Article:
• Capture quality looks as good the original. Have to ability to control bitrate
    • Small size, No noise.
    • Comes with all the required parts and cables (except batteries for remote)
    • Has computer software for editing. (download only)
    • Connect up external HDD of any size of your choice (NTFS,FAT32).
    • live 24x7 chatt support. My one session went well and they answered my question. No waiting on hold for 25 minutes to be told to reboot everything.
    Cons:
    • Cheap (Chinese) construction materials (ie plastic). Nothing fancy. Far below Apple, Samsung quality standards.
    • Extremely clunky UI. Looks like something from 10+ years ago. Not intuitive. Sucks!
    • Remote is as cheap as they come, but at least they have one.
    • No batteries with remote.
    • default File names are extremely long (32 characters) and the files names all appear on screen with the same name (truncated after 12 characters). This really sucks
    • Slightly expensive for the over quality and ease of use of the product.
    • Didn't work with a 1TB USB 3.0 thumb drive (NTFS), but worked with an external 1TB HDD (NTFS)using USB 2.0. Not sure why thumb drive did not work.
    • Not designed to be used as a playback box (ie such as Tivo). You can, but it not worth with it as regular use.
    • No Network, no wifi, or ability to directly transfer files to computer. Need to use thumbdrive\HDD and manually transfer files to computer (ie plex server).

    To be fair, this product is primarily designed for Youtubers who want want to capture videos without having to use a computer. It gets slightly higher marks for doing that, thus some of my previous cons remarks can seem unfair for expecting a economy car to have all the features of a luxury pickup truck that costs significantly more.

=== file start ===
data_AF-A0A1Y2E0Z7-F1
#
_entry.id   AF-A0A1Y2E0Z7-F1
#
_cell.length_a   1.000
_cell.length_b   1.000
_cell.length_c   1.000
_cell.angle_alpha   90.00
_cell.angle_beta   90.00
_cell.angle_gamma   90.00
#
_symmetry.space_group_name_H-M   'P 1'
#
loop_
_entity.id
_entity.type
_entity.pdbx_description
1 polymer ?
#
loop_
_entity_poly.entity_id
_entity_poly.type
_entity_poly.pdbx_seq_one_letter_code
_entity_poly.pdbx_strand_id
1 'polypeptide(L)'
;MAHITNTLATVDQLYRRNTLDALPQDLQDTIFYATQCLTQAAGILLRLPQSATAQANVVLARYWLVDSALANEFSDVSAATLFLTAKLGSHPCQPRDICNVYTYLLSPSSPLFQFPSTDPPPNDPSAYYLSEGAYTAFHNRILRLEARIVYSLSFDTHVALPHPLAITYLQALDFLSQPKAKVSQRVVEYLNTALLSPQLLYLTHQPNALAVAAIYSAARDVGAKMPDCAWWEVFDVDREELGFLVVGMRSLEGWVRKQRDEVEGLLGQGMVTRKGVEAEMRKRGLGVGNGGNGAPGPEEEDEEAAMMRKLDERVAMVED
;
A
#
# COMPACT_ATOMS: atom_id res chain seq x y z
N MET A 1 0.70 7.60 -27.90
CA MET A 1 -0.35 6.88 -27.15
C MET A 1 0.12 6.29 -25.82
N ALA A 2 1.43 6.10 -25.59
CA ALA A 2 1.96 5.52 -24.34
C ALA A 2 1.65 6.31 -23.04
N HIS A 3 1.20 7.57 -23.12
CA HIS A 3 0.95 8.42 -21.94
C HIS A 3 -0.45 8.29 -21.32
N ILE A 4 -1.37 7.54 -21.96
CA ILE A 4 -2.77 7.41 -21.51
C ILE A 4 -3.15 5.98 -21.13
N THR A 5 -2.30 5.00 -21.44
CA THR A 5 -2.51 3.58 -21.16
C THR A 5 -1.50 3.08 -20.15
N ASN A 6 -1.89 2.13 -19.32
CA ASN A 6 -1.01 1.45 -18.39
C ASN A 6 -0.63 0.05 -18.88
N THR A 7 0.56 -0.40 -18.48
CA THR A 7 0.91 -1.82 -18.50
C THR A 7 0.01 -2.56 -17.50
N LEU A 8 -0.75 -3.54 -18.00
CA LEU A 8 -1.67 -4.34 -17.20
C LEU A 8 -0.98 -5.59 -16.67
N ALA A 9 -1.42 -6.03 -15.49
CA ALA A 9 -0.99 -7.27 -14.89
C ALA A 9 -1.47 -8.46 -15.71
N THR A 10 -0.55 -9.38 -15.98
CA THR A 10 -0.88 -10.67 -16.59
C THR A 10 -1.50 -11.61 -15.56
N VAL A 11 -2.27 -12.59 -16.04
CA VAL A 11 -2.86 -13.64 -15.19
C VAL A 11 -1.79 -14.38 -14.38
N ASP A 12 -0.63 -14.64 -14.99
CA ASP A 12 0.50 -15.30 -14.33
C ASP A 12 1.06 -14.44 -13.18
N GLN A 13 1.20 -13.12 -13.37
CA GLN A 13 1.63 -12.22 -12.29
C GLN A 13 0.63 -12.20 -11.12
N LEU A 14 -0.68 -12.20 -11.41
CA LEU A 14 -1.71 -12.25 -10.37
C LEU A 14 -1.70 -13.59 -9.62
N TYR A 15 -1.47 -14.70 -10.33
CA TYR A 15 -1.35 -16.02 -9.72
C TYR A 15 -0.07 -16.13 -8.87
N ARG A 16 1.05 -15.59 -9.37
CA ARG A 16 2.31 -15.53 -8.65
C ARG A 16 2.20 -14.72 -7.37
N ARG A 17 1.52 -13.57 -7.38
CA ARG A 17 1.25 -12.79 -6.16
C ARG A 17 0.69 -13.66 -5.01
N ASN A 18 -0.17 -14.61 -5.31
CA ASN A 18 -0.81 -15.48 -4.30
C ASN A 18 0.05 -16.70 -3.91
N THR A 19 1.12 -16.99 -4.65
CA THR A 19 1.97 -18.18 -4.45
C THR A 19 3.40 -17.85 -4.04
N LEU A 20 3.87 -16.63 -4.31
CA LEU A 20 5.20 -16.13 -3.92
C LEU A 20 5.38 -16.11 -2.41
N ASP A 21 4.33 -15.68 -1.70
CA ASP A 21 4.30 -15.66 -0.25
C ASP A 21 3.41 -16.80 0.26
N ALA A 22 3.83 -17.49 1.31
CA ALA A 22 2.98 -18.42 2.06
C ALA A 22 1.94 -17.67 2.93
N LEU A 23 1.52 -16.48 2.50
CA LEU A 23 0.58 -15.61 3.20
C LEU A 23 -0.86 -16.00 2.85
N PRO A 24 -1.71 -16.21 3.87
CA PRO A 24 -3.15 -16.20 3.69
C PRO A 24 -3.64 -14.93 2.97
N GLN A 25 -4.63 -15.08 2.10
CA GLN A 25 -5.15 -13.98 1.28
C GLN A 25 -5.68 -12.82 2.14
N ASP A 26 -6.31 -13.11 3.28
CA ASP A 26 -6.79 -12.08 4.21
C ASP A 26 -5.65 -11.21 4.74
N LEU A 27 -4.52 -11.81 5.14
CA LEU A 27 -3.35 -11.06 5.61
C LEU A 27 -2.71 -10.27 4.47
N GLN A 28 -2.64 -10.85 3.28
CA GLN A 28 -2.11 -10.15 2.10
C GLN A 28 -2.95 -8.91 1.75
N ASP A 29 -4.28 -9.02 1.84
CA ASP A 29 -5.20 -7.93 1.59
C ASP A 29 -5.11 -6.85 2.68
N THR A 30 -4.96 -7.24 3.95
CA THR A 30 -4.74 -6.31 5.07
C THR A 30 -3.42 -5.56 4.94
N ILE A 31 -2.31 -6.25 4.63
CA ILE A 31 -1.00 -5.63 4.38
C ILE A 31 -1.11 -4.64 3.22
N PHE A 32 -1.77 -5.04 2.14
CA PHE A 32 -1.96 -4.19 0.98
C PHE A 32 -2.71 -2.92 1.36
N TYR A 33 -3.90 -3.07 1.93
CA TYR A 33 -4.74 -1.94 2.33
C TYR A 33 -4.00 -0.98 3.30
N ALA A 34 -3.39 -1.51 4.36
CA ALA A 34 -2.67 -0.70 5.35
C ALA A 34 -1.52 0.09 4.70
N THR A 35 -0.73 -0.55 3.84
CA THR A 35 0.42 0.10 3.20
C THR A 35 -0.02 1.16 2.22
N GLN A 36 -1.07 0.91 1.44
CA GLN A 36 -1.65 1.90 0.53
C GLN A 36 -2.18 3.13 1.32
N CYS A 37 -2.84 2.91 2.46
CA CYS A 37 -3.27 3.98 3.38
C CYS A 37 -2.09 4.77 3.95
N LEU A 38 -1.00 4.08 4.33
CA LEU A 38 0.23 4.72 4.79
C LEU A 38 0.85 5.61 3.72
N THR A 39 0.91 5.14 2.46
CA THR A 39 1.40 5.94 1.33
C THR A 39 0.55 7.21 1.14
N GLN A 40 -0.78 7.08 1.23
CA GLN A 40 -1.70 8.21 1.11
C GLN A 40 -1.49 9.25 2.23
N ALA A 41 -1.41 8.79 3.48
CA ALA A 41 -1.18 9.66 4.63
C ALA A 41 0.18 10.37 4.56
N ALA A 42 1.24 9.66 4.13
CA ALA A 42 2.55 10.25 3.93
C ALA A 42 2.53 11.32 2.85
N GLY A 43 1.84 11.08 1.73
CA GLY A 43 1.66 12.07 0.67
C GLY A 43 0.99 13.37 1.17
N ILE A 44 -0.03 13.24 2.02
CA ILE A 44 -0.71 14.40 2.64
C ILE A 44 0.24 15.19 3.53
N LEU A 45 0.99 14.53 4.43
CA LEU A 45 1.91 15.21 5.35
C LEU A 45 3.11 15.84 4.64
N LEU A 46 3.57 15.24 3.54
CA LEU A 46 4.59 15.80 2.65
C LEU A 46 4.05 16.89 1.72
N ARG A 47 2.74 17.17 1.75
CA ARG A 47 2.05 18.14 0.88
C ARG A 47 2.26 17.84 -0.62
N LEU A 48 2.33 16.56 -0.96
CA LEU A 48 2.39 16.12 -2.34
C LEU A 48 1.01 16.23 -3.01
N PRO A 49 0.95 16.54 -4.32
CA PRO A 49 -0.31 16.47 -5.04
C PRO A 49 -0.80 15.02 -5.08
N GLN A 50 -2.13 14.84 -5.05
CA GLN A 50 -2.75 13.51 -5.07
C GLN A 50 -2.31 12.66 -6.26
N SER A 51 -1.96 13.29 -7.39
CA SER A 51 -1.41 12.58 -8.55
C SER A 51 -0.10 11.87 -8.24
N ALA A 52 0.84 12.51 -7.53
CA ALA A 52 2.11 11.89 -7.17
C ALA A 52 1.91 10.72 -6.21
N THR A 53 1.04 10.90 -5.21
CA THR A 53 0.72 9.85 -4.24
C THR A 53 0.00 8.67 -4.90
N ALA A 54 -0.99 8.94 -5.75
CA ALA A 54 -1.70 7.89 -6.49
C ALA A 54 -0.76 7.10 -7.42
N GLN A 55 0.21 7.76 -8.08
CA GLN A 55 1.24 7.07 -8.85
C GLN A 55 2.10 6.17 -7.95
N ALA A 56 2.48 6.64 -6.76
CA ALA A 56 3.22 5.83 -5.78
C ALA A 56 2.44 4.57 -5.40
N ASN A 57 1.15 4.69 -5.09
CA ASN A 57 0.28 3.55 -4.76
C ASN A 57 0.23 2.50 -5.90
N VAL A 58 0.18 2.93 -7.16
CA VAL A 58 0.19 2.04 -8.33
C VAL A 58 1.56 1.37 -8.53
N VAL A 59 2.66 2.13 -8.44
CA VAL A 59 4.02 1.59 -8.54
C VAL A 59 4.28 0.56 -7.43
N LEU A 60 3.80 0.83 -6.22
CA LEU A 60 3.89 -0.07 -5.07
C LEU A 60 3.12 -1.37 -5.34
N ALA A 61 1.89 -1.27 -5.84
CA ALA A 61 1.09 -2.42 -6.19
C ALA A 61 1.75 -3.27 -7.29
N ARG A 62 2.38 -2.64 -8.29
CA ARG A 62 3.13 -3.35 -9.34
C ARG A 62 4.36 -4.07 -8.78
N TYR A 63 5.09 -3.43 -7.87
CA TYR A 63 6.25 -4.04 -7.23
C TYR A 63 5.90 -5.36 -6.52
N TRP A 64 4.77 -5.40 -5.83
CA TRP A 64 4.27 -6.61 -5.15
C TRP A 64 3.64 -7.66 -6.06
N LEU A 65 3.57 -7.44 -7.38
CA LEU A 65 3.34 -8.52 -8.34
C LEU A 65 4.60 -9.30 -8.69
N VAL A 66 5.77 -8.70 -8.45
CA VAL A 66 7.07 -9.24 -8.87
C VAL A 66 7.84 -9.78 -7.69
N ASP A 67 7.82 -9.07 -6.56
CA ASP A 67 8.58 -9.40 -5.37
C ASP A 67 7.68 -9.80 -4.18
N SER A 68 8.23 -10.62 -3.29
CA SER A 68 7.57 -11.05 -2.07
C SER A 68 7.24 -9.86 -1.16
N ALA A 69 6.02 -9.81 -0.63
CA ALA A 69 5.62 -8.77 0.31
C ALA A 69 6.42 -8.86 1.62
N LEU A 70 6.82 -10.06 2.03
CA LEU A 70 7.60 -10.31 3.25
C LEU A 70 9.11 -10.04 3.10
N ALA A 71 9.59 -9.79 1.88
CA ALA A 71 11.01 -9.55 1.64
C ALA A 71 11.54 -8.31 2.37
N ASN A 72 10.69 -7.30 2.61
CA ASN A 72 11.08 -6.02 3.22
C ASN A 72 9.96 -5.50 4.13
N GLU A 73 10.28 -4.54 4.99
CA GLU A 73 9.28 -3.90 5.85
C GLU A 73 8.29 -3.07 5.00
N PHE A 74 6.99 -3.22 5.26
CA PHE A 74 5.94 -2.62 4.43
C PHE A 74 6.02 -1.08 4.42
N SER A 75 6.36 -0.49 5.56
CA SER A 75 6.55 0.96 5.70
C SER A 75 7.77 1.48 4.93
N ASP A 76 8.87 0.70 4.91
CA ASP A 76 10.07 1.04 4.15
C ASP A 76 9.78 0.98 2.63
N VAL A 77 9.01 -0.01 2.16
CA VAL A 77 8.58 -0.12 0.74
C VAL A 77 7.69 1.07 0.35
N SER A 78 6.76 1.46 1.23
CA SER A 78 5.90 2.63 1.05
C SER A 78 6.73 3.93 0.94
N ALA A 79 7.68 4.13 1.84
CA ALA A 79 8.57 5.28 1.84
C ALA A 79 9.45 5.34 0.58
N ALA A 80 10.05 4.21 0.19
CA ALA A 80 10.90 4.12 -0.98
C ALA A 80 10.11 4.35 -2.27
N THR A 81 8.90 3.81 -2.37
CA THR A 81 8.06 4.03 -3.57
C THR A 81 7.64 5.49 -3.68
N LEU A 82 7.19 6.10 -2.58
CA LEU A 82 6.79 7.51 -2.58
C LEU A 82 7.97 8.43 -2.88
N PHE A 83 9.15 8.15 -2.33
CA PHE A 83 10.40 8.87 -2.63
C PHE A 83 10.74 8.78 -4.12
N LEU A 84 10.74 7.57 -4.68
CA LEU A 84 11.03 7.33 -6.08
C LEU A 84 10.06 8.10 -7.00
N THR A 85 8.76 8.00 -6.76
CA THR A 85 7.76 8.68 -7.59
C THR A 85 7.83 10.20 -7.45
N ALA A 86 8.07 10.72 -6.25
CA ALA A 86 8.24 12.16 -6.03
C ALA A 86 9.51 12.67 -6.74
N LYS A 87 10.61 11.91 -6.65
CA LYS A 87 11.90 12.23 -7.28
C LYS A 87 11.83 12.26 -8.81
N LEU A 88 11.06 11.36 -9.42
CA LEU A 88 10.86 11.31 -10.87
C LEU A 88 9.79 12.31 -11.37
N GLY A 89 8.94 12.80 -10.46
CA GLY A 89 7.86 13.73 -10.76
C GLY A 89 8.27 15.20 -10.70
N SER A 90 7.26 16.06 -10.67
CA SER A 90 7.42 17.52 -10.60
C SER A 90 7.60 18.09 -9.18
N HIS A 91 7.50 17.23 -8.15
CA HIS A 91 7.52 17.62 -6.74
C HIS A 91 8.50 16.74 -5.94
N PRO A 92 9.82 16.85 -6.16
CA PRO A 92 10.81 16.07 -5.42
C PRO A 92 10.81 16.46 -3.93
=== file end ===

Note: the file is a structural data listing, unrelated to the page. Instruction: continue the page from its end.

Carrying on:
Its worth purchasing if you want to be able to capture any stream service right now (or local video sources such DVD, VHS, BluRay, LD, TV), and not wait a couple of years for improved Streaming DVRs to be released. As far as I know, this is currently the best product to capture streaming services without a splitter or computer, plus it can capture various from different types of inputs (HDMI, VGA, Component, Composite).

    If I had better electronic construction skills, I would have built something similar using a Raspberry pi + arduino.
     
    Last edited: Oct 10, 2020
  8. astrohip

    astrohip Well-Known Raconteur TCF Club

    14,615
    4,171
    Jan 6, 2003
    Houston/Bren...
    Interesting, thanks for the detailed report. Out of curiosity, I thought HD capture devices that ignore HDCP violated some law. How does this one get around it, or am I confused?
     
  9. nrnoble

    nrnoble Active Member

    422
    34
    Aug 25, 2004
    I don't have answer to that question, only speculation. Its clearly a Chinese's made device and they are known for ignoring laws, regulations, and standards outside of China. The product does not advertise itself as bypassing HDCP nor advertise that it can capture streaming content from entertainment services that utilize HDCP and encryption. Even when I bought it I thought I would have to use a splitter and was surprised when it captured all my streaming services without a splitter. I have read (rumors?) that some Chinese devices, such as splitters, have ICs that have been cloned from valid HD TVs so the device is able to send back the proper digital HDCP response to authorize content to pass through. In simple terms, the device is detected to be a valid HDTV.

    It would not surprise me if at some later date the company making this product will be legally required to patch the internal roms to enforce HDCP.
     
    astrohip likes this.

Share This Page

spam firewall

Advertisements